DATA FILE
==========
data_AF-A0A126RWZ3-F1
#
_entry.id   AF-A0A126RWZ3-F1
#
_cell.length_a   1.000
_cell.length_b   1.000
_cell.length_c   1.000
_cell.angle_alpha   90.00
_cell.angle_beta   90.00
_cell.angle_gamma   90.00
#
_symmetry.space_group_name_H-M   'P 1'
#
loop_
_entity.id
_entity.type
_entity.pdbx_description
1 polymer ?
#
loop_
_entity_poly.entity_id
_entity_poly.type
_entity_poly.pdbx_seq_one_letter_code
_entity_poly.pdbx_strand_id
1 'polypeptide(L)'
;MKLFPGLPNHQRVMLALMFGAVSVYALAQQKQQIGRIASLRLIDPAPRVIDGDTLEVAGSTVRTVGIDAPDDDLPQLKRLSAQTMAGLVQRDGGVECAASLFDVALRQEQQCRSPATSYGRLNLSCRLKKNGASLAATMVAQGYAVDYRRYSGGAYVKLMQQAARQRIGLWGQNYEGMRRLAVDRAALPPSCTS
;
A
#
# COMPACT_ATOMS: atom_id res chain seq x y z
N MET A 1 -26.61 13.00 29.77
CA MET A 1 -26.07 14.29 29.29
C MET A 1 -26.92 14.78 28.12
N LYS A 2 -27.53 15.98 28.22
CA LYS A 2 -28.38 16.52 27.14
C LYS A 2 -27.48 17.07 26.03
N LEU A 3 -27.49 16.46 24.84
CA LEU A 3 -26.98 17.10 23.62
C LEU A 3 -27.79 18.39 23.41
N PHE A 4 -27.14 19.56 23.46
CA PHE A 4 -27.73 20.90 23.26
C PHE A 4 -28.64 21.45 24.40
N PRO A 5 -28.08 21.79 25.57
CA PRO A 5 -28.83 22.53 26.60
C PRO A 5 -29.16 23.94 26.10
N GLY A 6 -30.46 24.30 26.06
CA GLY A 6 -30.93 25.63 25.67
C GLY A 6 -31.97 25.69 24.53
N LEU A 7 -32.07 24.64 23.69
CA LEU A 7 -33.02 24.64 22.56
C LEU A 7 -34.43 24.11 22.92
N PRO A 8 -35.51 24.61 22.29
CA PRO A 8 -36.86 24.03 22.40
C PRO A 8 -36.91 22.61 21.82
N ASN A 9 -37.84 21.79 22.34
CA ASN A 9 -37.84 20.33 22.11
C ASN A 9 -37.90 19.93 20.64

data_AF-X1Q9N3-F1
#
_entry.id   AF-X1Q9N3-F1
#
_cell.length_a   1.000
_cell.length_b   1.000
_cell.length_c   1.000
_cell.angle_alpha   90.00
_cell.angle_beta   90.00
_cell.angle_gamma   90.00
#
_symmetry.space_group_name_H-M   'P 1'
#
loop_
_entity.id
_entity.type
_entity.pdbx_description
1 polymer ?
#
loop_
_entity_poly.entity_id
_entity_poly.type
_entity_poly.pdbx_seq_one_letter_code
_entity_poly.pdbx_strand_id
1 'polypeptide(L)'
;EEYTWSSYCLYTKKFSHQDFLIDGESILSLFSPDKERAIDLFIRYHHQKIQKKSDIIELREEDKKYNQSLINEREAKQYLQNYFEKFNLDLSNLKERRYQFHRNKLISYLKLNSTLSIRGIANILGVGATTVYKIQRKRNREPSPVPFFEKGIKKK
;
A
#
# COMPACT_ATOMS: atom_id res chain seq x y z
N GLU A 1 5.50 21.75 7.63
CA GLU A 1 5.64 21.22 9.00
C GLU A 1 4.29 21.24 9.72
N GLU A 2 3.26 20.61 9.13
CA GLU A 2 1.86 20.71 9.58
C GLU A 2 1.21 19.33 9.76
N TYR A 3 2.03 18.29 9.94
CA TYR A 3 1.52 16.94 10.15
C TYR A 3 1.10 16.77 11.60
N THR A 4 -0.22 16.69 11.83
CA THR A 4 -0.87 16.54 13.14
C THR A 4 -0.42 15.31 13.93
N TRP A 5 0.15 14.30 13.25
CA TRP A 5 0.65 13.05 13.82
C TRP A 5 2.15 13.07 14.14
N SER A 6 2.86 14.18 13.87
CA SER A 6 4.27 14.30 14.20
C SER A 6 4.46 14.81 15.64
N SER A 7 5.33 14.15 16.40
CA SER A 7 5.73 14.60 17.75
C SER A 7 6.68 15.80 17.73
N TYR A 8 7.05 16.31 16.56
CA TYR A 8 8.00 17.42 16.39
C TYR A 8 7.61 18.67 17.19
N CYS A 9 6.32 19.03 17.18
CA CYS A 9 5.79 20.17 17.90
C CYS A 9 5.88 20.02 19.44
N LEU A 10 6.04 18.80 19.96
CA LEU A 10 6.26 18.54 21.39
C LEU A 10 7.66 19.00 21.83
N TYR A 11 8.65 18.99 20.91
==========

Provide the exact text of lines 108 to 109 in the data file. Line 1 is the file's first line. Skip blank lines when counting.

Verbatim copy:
C SER A 7 6.68 15.80 17.73
N TYR A 8 7.05 16.31 16.56